Then, I had milk supply issues.  Huge issues.  As in, my milk didn't "come in" for 2 weeks.  For 2 weeks, I breastfed, pumped, and fed A. formula.  No wonder I was exhausted and had a horrible recovery.  I was always feeding or preparing to feed my daughter!  When I saw my OB at my 2 week visit, I nearly begged for her permission to quit breastfeeding.  After all, I thought, if she thought it was okay, it would be okay.  Well, she told me it would be okay...but to keep breastfeeding.  Grrr, not what I wanted to hear.  But, I did not want to disappoint her.  Or myself.  Or my daughter.  (Probably in reverse order!)
Little A did not get the birth she deserved.  She would get the food she deserved.  So I nursed.  And nursed.  I took fenugreek (per my OB's recommendation).  At about 6 weeks, it all sunk in.  Nursing was suddenly easy.  I vowed quitting at any time, was still indeed quitting.  And I vowed never to quit.  (On a side note, I think it's okay to quit at 3 years...where we are now!)


Other than psychologically mending my relationship with my daughter...it has helped her health.  She has been a healthy little girl.  Compared to my nephews, who only got a little breast milk (less than 1 week), she is absolutely healthy!


And, I'm frugal.  And green.  Think of all the money I saved!  And water!  


And, that, is how breastfeeding became so important to me. 



 Here are more posts by the Breastfeeding Cafe Carnival participants! Check back because more will be added throughout the day.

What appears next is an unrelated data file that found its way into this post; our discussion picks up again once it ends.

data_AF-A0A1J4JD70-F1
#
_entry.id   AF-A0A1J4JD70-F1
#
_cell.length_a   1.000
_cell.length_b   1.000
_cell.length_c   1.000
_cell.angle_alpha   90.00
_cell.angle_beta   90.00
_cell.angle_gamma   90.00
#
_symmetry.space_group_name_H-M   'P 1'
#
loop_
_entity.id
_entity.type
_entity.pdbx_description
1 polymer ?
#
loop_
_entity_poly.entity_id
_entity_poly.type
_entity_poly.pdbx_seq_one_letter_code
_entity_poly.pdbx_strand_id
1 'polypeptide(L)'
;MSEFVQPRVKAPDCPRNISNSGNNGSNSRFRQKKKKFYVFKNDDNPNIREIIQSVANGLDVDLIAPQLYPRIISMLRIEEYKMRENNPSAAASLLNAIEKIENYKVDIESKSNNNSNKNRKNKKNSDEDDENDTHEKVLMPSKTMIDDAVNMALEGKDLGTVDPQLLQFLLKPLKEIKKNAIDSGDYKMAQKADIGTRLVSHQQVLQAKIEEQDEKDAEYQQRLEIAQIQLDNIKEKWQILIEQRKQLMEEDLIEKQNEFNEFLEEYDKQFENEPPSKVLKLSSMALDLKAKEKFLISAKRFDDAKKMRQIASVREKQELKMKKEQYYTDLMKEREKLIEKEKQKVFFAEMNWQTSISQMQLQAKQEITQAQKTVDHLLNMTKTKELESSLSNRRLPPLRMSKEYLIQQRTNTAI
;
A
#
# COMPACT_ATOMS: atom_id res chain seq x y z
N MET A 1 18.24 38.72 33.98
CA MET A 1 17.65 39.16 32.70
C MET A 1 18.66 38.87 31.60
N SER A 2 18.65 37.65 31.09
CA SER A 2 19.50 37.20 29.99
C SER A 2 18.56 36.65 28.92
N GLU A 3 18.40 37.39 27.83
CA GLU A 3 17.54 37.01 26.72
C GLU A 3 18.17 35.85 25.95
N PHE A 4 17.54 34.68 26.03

4 comments:

Whitney =0) said...

I'm so glad you chose to stick with it even after everything you and your daughter went through!!!

Lauren @ Hobo Mama said...

Wow, what a story! I'm so impressed you stuck with it, despite it all. And good for your OB being so encouraging, even though it wasn't what you wanted to hear at the moment. :) It would have been OK, and no one would have blamed you, to have given up on breastfeeding, but what an absolute gift to your daughter that you didn't — and to yourself, for your own healing. I had an easier recovery than you and just one rough first week of breastfeeding, but I also remember that first realization of "Hey, this is easy suddenly!" And what a relief!

Megan said...

I've been reading everything I can get my hands on about breastfeeding (specifically) and other natural parenting techniques (in general) and this is one of the most inspiring stories I've read yet. I have been longing to become a parent since I was far too young for the responsibility, and even though I'm still not a parent yet I know that I was meant to be a mother. All the blogs I've read have been so encouraging about breastfeeding, NIPing, and doing what is natural for the child-parent relationship, but reading your story made me feel like even if it's really hard I can make it work, just like you did. So congratulations and thank you :)

Brooke said...

Thanks everyone! I like to tell everyone, especially new parents about breastfeeding! It's HARD, but it's SOOO worth it. And, it's only hard for a little while. Then, it's literally the easiest (and really laziest!) thing I've done. You just sit there (or lay there!).

Good luck Megan!